Africa’s share of the global green bond market in 2021, according to Dr. Akinwumi Adesina, president of the African Development Bank (AfDB) Group, was 0.26%.
He made this statement during a speech at the Alliance for Green Infrastructure in Africa’s COP 27 launch (AGIA). AGIA is a brand-new platform that has been developed to hasten the growth of green infrastructure in Africa as part of our shared effort to achieve net zero emissions. In collaboration with the African Union Development Agency, the European Investment Bank, the European Bank for Reconstruction and Development, and the Rockefeller Foundation, the AfDB and the Africa50 are launching the alliance for green infrastructure.
In February 2022, the AfDB declared that it was looking into working with international partners to establish an Alliance for Green Infrastructure in Africa, in collaboration with Africa50, the African Union Commission, and the African Union Development Agency.
Dr. Adesina stated during his speech at the COP 27 launch that Africa has very little green infrastructure, which is evident in the continent’s share of the world’s green bonds for infrastructure. Africa received only $2 billion, or roughly 0.4%, of the $522 billion invested in green bonds between 2007 and 2018, which is a small amount. Africa’s share of the $623 billion in green bond issuance as of 2021 was the lowest of any continent, at 0.26%. The same can be said for green loans, where Africa accounts for 1.9% of total loans. Africa’s share of global issuances of sustainability bonds, as well as loans and bonds linked to sustainability, is 1%.
The United Nations Economic Commission for Africa (UNECAJean-Paul )’s Adam, the division’s director for technology, climate change, and natural resource management, noted in June 2022 that Africa has low private sector investment and high capital costs for investing in the environment, society, or other social sectors. He emphasized that although Africa receives 23% of official climate finance, it only issues less than 1% of the world’s green bonds and pays twice as much to access markets as peers with comparable credit ratings.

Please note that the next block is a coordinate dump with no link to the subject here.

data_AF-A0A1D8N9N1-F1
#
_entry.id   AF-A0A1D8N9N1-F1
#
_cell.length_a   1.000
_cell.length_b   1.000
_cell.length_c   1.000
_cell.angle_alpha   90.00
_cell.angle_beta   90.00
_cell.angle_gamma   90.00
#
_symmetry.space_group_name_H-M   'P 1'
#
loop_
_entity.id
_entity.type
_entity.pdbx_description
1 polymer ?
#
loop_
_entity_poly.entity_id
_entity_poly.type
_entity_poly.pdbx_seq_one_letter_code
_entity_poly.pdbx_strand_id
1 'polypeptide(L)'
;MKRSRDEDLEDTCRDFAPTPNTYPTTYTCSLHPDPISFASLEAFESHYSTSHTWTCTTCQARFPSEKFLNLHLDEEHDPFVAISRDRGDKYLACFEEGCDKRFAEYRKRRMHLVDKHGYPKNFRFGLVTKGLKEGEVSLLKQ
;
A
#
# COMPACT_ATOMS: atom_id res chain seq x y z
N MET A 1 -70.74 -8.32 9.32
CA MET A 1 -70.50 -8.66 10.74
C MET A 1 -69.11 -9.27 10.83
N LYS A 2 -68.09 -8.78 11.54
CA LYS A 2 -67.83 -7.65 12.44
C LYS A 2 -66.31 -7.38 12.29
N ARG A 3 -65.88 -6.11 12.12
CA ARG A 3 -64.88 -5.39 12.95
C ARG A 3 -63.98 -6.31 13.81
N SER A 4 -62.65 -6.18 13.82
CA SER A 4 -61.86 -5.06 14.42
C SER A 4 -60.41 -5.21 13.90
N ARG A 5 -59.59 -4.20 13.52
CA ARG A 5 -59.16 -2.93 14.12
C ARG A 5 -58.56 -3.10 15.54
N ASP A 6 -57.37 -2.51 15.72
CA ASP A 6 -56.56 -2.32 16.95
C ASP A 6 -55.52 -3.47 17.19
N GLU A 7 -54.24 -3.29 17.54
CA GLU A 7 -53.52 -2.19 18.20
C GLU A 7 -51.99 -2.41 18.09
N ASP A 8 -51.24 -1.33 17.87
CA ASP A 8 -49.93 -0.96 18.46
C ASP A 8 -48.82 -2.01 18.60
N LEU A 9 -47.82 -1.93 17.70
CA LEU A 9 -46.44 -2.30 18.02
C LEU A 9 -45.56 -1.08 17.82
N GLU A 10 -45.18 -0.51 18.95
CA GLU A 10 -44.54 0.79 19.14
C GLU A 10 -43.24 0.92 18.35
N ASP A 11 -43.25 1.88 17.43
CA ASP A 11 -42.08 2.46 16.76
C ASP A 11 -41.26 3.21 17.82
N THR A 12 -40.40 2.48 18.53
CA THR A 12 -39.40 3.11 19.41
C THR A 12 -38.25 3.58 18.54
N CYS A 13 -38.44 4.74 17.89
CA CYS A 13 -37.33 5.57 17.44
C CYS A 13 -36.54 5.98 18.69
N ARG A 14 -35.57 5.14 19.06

Dr. Adesina also discussed the goal of AGIA, which is to build low-carbon, climate-resilient infrastructure for Africa, at the AGIA launch. Dr. Adesina claims that the establishment of AGIA is being done to:
- Close Africa’s infrastructure financing gap
- Create resilient, long-lasting infrastructure for Africa.
- Encourage institutional investors in Africa and around the world to fund high-quality, environmentally friendly infrastructure
- Increase the scale required to hasten Africa’s move toward net zero emissions.
- Increase the amount of money coming from the private sector to help green Africa’s infrastructure.
Infrastructure financing gap
Dr. Adesina emphasized that Africa can only have a transformative impact and put the continent on a clear path to achieving net zero emissions and mitigating climate change by cooperating with partners and investors. An estimated $130 to $170 billion in annual infrastructure financing is required for Africa, leaving a gap of up to $108 billion. The opportunity to build Africa’s infrastructure correctly is enormous because the majority of it has not yet been completed. Building environmentally friendly, climate-smart, and climate-resilient infrastructure in Africa should be prioritized.
How this can be achieved
According to Dr. Adesina, if Africa can receive just 0.03 to 0.04 percent of the $103 trillion in assets under management worldwide, it will be able to fund all of its infrastructure needs. According to him, AGIA will use its resources to green the continent’s already-existing brown infrastructure. This includes converting heavy fuel and diesel plants to gas hybrid and power industries, greening non-power infrastructure, particularly the continent’s transportation systems using compressed natural gas, and capturing flared gas and turning it into liquefied petroleum gas, which is required for cooking, gas-to-power, and the production of fertilizers.
As Adesina stressed, the move toward accelerating the creation of green infrastructure will present excellent opportunities for the introduction of more green bonds and the crowding in of institutional investors, whose investment choices are increasingly influenced by environmental, social, and governance (ESG) considerations.
Africa can increase its share of green bonds, which currently accounts for about 2.5% of global bonds, by concentrating on the development of green infrastructure, bringing in at least $14 billion in green financing to increase Africa’s green infrastructure asset.